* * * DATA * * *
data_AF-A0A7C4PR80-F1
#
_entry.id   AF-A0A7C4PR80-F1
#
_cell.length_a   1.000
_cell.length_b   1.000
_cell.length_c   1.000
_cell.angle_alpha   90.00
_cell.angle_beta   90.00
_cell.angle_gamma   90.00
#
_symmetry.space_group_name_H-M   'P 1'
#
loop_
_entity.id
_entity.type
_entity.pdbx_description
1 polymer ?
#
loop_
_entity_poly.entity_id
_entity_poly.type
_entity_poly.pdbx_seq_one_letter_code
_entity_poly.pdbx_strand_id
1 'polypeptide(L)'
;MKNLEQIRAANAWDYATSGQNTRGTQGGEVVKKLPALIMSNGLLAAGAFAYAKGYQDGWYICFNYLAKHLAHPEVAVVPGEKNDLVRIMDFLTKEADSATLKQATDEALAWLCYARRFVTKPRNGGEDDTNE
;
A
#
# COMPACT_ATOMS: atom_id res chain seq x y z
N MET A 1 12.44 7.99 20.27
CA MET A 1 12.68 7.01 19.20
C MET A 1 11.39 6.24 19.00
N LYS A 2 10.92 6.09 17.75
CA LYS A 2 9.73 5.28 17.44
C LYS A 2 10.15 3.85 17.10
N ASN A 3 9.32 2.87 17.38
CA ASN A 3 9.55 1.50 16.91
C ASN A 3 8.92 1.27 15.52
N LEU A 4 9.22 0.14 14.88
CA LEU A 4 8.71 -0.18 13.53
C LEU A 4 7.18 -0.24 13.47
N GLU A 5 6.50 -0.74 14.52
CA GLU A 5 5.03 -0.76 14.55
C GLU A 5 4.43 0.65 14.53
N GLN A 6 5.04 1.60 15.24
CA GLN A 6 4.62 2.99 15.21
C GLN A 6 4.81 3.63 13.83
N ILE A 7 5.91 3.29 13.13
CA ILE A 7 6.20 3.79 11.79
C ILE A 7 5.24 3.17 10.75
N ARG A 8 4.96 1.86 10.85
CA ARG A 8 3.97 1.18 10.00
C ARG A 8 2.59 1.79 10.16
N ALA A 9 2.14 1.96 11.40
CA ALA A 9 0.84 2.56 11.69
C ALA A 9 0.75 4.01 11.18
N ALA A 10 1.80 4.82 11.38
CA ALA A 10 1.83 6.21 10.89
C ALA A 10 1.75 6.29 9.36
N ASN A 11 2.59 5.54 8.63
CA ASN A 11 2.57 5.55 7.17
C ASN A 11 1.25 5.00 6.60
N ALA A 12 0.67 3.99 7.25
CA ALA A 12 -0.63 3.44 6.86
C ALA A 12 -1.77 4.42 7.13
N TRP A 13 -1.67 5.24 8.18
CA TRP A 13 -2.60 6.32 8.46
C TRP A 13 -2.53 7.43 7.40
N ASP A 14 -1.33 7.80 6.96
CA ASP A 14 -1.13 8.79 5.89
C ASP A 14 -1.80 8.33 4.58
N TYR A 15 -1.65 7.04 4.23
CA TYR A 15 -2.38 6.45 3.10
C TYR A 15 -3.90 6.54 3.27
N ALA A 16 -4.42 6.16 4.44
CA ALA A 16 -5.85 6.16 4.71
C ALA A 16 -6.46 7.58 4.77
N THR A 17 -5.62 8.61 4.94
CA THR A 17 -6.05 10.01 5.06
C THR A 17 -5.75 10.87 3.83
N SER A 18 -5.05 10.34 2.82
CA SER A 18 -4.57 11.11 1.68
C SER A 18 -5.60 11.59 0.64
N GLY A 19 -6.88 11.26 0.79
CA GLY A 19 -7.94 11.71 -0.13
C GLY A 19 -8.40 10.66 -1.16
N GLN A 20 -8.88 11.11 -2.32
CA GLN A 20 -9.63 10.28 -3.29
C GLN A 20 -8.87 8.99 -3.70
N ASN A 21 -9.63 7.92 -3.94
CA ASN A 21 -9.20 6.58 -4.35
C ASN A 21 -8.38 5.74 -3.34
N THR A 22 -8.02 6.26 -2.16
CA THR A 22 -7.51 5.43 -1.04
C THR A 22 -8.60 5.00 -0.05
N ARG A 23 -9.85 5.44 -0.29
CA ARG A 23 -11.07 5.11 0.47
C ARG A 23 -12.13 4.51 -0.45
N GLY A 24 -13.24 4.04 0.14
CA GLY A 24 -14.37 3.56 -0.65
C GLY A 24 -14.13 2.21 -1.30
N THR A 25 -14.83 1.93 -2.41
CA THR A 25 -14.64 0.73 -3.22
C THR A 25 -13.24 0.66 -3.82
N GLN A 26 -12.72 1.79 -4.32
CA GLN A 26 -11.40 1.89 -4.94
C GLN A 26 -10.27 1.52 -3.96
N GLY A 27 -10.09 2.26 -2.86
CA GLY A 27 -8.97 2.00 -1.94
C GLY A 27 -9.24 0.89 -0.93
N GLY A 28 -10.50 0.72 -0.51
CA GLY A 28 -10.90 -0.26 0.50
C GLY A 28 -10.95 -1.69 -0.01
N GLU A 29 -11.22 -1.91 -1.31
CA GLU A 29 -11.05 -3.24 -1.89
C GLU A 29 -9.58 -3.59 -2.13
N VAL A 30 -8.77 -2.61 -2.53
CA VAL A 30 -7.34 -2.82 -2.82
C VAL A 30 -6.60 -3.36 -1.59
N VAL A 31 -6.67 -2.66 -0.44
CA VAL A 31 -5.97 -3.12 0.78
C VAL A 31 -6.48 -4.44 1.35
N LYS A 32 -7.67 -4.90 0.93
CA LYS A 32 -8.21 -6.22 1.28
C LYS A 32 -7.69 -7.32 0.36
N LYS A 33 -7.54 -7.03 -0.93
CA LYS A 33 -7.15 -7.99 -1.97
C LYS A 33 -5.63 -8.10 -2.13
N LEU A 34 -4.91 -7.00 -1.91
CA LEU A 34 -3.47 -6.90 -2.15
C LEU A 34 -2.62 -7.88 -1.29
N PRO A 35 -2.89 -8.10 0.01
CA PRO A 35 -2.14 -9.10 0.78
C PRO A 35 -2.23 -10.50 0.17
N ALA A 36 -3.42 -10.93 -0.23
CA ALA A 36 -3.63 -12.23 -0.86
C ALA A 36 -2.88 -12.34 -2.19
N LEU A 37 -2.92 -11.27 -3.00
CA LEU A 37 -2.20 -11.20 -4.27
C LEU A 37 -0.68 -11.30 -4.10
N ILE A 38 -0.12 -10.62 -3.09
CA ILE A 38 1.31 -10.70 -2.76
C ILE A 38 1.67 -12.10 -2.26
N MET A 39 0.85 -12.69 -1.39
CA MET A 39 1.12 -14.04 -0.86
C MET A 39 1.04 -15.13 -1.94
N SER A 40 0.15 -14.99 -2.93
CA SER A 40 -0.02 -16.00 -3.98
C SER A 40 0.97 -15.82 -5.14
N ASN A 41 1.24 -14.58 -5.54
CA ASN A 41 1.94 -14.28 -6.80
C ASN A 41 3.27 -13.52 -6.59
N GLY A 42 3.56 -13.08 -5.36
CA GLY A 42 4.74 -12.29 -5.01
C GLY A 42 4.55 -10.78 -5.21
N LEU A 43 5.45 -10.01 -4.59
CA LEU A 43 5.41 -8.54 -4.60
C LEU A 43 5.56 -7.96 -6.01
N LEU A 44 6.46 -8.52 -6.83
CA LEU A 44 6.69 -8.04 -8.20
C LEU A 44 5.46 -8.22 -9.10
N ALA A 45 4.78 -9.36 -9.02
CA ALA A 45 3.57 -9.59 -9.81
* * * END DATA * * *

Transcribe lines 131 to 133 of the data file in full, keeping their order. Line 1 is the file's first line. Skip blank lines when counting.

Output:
CA LEU A 34 -3.47 -6.90 -2.15
C LEU A 34 -2.62 -7.88 -1.29
N PRO A 35 -2.89 -8.10 0.01